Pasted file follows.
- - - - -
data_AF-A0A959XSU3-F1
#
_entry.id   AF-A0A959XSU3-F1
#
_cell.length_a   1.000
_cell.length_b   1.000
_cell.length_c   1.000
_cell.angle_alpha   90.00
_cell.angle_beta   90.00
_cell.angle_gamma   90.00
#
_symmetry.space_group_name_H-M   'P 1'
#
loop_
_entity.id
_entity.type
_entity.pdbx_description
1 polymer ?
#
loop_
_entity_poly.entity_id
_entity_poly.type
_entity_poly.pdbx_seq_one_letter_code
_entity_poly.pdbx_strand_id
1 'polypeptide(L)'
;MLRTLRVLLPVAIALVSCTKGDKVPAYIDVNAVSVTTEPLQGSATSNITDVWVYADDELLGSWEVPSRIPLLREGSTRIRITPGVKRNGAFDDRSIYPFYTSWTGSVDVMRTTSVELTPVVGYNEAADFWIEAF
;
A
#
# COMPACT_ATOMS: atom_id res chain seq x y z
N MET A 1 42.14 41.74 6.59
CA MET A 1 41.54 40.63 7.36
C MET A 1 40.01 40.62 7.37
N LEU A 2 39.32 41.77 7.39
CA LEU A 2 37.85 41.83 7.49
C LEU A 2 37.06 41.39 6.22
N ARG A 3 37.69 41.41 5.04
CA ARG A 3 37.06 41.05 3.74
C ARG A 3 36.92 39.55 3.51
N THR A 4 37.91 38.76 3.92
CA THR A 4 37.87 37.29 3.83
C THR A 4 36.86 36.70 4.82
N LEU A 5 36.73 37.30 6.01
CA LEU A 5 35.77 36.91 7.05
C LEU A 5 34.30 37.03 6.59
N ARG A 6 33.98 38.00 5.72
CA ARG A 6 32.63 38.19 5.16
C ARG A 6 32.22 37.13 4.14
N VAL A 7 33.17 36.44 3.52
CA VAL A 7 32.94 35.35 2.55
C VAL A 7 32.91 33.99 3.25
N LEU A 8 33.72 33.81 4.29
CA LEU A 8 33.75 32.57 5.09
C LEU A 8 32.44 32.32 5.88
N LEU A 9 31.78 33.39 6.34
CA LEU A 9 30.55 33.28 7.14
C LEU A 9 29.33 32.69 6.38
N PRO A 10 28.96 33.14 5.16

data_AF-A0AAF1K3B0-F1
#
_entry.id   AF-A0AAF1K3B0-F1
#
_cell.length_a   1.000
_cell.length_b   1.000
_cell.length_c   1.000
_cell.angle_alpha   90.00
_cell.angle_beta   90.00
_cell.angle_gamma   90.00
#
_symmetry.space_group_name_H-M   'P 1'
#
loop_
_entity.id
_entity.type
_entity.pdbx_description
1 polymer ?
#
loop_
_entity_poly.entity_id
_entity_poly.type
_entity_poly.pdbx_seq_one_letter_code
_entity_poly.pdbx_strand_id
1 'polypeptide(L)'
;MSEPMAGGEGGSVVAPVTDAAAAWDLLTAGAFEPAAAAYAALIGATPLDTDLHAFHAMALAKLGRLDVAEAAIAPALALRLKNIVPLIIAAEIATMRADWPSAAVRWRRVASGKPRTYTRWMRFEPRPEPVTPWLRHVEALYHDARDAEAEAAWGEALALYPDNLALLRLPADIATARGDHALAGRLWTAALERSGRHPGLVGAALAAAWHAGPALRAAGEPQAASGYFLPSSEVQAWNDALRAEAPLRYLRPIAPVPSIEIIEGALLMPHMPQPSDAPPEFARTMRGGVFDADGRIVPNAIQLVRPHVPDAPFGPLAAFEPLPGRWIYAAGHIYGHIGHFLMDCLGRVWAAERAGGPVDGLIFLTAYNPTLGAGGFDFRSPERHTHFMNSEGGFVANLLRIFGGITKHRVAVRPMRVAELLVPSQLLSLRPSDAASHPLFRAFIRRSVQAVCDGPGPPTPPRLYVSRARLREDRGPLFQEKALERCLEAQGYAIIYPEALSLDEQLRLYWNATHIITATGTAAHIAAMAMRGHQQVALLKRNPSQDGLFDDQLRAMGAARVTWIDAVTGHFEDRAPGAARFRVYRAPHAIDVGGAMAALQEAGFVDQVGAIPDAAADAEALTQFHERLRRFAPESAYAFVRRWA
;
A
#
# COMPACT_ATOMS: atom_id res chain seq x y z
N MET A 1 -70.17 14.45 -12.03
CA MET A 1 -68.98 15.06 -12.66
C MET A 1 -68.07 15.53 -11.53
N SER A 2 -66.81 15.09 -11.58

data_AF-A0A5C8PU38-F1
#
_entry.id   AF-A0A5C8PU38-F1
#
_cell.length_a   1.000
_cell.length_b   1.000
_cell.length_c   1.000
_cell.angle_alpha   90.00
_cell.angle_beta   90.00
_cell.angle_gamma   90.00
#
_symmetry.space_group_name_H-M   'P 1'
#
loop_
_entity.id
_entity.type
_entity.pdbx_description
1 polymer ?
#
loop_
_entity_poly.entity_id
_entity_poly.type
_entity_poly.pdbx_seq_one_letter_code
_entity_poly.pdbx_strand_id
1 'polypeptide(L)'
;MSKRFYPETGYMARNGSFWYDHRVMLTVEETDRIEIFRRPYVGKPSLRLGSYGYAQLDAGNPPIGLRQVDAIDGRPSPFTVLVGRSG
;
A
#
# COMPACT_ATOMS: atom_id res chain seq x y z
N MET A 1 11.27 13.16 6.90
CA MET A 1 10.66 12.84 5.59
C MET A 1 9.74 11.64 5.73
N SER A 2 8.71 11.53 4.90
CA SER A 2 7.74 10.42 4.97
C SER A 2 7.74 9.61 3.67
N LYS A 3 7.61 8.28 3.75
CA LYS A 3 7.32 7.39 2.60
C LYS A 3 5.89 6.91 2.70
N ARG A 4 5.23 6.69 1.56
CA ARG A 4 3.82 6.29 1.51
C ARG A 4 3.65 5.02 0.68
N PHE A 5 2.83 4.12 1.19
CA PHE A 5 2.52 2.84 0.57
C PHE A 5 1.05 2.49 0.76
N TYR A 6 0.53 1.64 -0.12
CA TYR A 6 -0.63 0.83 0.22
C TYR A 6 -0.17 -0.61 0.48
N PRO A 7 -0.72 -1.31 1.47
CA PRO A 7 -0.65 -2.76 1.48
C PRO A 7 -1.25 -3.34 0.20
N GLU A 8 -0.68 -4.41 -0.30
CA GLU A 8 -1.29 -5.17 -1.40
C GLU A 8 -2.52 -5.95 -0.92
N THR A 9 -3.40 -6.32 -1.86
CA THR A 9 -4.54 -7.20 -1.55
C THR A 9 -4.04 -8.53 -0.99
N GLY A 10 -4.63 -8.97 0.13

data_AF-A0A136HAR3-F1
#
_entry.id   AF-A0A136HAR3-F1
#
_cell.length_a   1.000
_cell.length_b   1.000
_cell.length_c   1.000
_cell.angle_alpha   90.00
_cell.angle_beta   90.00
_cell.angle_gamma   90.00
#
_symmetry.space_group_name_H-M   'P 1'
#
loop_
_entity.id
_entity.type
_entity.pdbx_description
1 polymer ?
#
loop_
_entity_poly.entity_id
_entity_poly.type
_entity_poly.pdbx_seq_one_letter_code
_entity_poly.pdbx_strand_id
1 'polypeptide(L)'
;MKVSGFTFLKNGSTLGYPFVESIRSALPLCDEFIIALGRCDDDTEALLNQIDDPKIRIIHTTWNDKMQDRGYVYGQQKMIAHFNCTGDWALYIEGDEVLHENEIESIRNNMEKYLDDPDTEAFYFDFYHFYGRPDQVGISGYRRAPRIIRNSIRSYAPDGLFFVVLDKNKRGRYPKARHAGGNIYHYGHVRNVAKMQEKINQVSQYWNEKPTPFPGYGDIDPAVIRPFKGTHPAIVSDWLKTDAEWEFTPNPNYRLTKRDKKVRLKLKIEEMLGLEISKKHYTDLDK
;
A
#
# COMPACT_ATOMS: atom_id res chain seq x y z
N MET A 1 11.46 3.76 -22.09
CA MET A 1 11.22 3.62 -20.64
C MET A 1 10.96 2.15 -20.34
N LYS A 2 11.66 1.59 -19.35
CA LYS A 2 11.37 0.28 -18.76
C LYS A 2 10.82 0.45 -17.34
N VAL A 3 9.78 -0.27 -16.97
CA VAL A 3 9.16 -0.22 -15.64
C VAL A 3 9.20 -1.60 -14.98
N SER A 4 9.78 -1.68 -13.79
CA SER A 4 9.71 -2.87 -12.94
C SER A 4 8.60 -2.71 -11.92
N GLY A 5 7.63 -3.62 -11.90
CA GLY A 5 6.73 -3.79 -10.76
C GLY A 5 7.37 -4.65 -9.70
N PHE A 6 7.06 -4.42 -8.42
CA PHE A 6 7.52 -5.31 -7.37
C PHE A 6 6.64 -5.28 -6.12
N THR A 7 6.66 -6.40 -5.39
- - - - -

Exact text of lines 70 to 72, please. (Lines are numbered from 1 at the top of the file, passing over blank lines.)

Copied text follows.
_symmetry.space_group_name_H-M   'P 1'
#
loop_